Title: Kara No Kyoukai
First Aired: December 1st, 2007
The anime adaptation of Kinoko Nasu’s light novel, Kara No Kyoukai (Boundary of Emptiness or alternatively, Garden of Sinners), demands in its audience some of the rarest, most precious of qualities – a keen eye, a sharp mind and an unwavering attention to detail. Split into seven movie length instalments, Kara No Kyoukai follows the story of Ryougi Shiki, a strange, aloof young woman whose eyes can perceive the ‘death’ of the objects she sees; and Kokutou Mikiya, a kind young man who takes an interest in her. It is a lean, almost minimalistic story in some ways; the cast of characters is fairly small story’s scope doesn’t extend too far beyond the characters themselves. Within these parameters, however, there is plenty of depth and vibrancy – whether in the richness of the world itself or the various characters’ numerous internal conflicts. Appreciating these things is no mean feat, however as Kara No Kyoukai doesn’t exactly hold the audience’s hands as it tells its story but instead relies on the audience to observe and understand. Passive viewers shouldn’t despair too much though; animation studio Ufotable’s visuals are characteristically gorgeous and even if you miss out on the story and character development, the action and animations ought to be entertaining enough to pull most casuals viewers through.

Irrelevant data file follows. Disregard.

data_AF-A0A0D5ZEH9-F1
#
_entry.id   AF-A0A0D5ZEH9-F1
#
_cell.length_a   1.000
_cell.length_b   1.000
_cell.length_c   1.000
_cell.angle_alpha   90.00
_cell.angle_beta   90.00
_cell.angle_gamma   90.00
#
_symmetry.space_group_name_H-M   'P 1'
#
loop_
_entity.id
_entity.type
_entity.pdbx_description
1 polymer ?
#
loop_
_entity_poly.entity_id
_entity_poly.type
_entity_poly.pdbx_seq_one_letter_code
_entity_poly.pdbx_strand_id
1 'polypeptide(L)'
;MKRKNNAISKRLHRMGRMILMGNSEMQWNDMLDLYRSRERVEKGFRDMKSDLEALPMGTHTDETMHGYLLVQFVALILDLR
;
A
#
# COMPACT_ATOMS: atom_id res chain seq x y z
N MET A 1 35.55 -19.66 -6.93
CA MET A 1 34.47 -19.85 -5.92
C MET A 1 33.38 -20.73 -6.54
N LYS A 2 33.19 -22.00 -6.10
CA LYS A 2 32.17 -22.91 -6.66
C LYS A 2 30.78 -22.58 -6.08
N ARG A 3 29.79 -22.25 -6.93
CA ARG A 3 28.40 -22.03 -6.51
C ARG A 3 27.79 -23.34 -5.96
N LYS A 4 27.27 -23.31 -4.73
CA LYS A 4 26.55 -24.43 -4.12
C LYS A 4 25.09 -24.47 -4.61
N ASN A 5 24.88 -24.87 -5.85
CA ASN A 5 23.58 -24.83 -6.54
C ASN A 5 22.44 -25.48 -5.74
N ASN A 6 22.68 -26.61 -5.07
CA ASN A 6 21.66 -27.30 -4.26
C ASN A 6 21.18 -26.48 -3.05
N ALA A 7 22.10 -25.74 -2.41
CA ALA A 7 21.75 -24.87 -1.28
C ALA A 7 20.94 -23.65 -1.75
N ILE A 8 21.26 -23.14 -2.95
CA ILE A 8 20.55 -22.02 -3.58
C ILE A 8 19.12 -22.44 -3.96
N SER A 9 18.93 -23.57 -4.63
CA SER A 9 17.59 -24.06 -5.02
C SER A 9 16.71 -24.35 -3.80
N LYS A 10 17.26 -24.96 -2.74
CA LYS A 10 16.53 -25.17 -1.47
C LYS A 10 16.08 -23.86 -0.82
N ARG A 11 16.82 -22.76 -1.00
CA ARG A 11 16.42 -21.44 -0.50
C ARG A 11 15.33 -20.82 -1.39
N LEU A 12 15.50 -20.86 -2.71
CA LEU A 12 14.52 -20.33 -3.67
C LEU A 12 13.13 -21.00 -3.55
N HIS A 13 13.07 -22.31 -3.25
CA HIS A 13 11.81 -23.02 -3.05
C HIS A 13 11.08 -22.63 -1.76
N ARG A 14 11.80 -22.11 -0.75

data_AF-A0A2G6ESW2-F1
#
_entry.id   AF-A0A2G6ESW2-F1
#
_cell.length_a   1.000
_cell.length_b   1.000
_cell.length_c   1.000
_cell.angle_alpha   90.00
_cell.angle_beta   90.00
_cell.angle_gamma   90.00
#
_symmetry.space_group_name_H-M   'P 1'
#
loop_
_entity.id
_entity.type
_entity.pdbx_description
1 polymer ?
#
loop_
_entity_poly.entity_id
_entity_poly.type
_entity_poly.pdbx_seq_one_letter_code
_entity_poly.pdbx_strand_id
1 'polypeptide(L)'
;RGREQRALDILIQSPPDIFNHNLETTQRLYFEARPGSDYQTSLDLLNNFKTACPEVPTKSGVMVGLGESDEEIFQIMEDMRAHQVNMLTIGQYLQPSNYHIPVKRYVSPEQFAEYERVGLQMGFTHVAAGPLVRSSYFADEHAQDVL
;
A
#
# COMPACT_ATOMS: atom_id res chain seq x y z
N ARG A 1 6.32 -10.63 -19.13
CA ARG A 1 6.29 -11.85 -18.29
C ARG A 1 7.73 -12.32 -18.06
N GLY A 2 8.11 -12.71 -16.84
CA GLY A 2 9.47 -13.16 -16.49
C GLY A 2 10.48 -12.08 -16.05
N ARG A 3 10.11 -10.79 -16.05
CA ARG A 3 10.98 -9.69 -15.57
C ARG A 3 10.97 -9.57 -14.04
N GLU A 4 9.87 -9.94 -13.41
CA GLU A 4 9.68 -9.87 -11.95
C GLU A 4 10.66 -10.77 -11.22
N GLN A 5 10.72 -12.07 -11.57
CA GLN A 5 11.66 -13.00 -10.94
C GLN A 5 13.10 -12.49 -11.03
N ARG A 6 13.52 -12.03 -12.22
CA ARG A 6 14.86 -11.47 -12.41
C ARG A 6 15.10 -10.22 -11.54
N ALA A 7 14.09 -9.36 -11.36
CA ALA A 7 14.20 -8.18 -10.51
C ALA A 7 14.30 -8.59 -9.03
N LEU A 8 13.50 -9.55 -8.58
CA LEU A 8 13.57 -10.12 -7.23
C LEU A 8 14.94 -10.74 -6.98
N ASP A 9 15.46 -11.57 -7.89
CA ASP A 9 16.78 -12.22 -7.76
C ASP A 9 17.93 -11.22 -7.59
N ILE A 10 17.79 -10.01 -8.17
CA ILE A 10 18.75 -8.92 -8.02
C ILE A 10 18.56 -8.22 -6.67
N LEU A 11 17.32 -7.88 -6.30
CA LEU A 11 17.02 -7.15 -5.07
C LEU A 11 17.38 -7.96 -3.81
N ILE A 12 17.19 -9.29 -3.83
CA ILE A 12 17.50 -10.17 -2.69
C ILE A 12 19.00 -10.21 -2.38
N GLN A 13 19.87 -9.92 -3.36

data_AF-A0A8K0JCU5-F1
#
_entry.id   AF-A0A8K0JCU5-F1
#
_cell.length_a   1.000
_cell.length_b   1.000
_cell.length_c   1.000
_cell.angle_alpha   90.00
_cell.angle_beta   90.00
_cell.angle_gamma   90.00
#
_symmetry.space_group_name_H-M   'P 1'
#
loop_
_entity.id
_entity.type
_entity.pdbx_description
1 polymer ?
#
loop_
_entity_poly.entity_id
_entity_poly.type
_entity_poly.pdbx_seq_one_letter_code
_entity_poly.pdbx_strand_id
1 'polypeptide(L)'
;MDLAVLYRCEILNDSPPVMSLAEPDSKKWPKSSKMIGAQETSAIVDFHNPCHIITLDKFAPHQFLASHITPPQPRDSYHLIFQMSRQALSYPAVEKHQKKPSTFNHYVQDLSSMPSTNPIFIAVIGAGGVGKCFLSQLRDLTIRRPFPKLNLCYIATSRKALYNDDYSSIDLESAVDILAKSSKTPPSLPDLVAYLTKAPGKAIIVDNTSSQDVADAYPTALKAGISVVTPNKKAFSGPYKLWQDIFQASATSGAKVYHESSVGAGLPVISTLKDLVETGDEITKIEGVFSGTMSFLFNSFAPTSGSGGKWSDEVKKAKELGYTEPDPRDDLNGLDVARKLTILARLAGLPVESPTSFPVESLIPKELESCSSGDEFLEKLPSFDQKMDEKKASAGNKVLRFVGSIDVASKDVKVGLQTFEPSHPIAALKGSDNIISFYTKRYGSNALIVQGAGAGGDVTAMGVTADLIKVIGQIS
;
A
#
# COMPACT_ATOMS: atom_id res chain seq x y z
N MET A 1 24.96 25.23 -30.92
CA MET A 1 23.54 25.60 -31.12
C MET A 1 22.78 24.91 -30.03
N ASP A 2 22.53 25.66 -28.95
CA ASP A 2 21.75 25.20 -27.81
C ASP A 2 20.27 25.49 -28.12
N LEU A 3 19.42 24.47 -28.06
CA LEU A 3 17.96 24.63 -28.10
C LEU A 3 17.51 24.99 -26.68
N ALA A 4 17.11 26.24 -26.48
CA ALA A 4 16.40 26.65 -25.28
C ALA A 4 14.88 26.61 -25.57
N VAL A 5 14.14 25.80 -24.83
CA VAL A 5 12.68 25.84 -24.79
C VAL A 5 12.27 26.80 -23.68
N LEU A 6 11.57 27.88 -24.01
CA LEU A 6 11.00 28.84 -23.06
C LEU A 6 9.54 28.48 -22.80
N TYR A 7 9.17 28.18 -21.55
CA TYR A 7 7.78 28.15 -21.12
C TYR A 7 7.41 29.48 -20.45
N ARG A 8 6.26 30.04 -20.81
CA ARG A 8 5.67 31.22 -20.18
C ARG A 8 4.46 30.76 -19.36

The division of Kara No Kyoukai into seven parts (plus some additional bits that offer closure and context) gives the series an episodic feel. Most of the story’s strengths and weakness are a direct result of this division. On one hand, each episode tells its own self-contained story, complete with introduction, complication, climax and conclusion and as a result, each movie feels like an acceptably entertaining and satisfying, self-sufficient entity. Furthermore, given that the series was written as several different stories, the division into different movies is logical and true to the original work. On the other hand though, the trouble with the division is that, beyond the shared cast of characters, there isn’t enough to connect the individual episodes together and piece them into a larger story. There is no overarching storyline that ties the seven movies together; instead, the movies have connections to each other – the first, third and fifth movies form an arc of sorts while the second and seventh movies connect very well as well. Arguably, there isn’t exactly a central villain to tie the movies together either, though there is a strong case to be made for that being Araya Souren’s role. It doesn’t help that the cohesion of the series that the stories are told out of order. In some series, the non-linearity creates mystery and tension that is essential to the series’ central conflict or sometimes the ordering can even help make a story more coherent than a chronological telling but in the case of Kara No Kyoukai, there doesn’t seem to be much of a reason for the ordering apart from deliberately making the story a little more challenging to digest. The disorientation the non-linear chronology creates is exacerbated by having a new director for each instalment. Depending on your familiarity with the medium, the differences can be either unobtrusively noticeable or utterly jarring. That there are differences though, is undeniable and these changes affect the tone, the pacing and overall feel of each movie. That said however, there really isn’t that much to complain about regarding the rotating directors since while each director naturally has a different approach, the quality of the final product never really wavers all that much.